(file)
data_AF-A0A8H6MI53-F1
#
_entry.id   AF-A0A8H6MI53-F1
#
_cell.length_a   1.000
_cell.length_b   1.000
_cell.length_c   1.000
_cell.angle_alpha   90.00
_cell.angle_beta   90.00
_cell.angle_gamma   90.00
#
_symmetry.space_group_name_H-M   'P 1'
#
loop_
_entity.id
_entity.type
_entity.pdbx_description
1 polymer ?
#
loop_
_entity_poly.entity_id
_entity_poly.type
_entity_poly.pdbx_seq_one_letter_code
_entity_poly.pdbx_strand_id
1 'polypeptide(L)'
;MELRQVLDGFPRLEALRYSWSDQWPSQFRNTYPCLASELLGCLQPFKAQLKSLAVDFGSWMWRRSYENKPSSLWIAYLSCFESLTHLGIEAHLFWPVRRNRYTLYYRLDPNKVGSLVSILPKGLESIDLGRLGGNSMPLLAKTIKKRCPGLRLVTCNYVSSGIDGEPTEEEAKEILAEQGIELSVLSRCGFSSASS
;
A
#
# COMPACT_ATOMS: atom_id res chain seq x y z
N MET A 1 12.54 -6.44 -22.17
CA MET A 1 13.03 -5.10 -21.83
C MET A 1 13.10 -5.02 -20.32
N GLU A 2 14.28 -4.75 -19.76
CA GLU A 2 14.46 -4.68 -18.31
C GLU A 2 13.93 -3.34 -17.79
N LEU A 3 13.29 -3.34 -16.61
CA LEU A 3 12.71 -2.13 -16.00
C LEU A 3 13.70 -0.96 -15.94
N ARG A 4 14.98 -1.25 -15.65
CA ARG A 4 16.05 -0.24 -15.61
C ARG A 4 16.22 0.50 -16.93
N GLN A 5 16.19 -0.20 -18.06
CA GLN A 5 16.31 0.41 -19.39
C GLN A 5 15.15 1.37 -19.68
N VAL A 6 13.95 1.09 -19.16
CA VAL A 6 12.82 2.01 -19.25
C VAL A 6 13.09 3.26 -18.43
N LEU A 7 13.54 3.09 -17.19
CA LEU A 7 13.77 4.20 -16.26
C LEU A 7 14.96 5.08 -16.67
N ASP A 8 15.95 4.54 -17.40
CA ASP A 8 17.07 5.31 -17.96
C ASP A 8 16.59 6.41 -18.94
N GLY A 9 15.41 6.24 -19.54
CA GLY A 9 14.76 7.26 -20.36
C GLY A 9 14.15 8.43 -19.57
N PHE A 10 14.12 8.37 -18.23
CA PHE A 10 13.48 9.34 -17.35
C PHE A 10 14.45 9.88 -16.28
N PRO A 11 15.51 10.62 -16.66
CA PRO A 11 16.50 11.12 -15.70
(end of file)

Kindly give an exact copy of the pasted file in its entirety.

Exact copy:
data_AF-A0A8H6MI53-F1
#
_entry.id   AF-A0A8H6MI53-F1
#
_cell.length_a   1.000
_cell.length_b   1.000
_cell.length_c   1.000
_cell.angle_alpha   90.00
_cell.angle_beta   90.00
_cell.angle_gamma   90.00
#
_symmetry.space_group_name_H-M   'P 1'
#
loop_
_entity.id
_entity.type
_entity.pdbx_description
1 polymer ?
#
loop_
_entity_poly.entity_id
_entity_poly.type
_entity_poly.pdbx_seq_one_letter_code
_entity_poly.pdbx_strand_id
1 'polypeptide(L)'
;MELRQVLDGFPRLEALRYSWSDQWPSQFRNTYPCLASELLGCLQPFKAQLKSLAVDFGSWMWRRSYENKPSSLWIAYLSCFESLTHLGIEAHLFWPVRRNRYTLYYRLDPNKVGSLVSILPKGLESIDLGRLGGNSMPLLAKTIKKRCPGLRLVTCNYVSSGIDGEPTEEEAKEILAEQGIELSVLSRCGFSSASS
;
A
#
# COMPACT_ATOMS: atom_id res chain seq x y z
N MET A 1 12.54 -6.44 -22.17
CA MET A 1 13.03 -5.10 -21.83
C MET A 1 13.10 -5.02 -20.32
N GLU A 2 14.28 -4.75 -19.76
CA GLU A 2 14.46 -4.68 -18.31
C GLU A 2 13.93 -3.34 -17.79
N LEU A 3 13.29 -3.34 -16.61
CA LEU A 3 12.71 -2.13 -16.00
C LEU A 3 13.70 -0.96 -15.94
N ARG A 4 14.98 -1.25 -15.65
CA ARG A 4 16.05 -0.24 -15.61
C ARG A 4 16.22 0.50 -16.93
N GLN A 5 16.19 -0.20 -18.06
CA GLN A 5 16.31 0.41 -19.39
C GLN A 5 15.15 1.37 -19.68
N VAL A 6 13.95 1.09 -19.16
CA VAL A 6 12.82 2.01 -19.25
C VAL A 6 13.09 3.26 -18.43
N LEU A 7 13.54 3.09 -17.19
CA LEU A 7 13.77 4.20 -16.26
C LEU A 7 14.96 5.08 -16.67
N ASP A 8 15.95 4.54 -17.40
CA ASP A 8 17.07 5.31 -17.96
C ASP A 8 16.59 6.41 -18.94
N GLY A 9 15.41 6.24 -19.54
CA GLY A 9 14.76 7.26 -20.36
C GLY A 9 14.15 8.43 -19.57
N PHE A 10 14.12 8.37 -18.23
CA PHE A 10 13.48 9.34 -17.35
C PHE A 10 14.45 9.88 -16.28
N PRO A 11 15.51 10.62 -16.66
CA PRO A 11 16.50 11.12 -15.70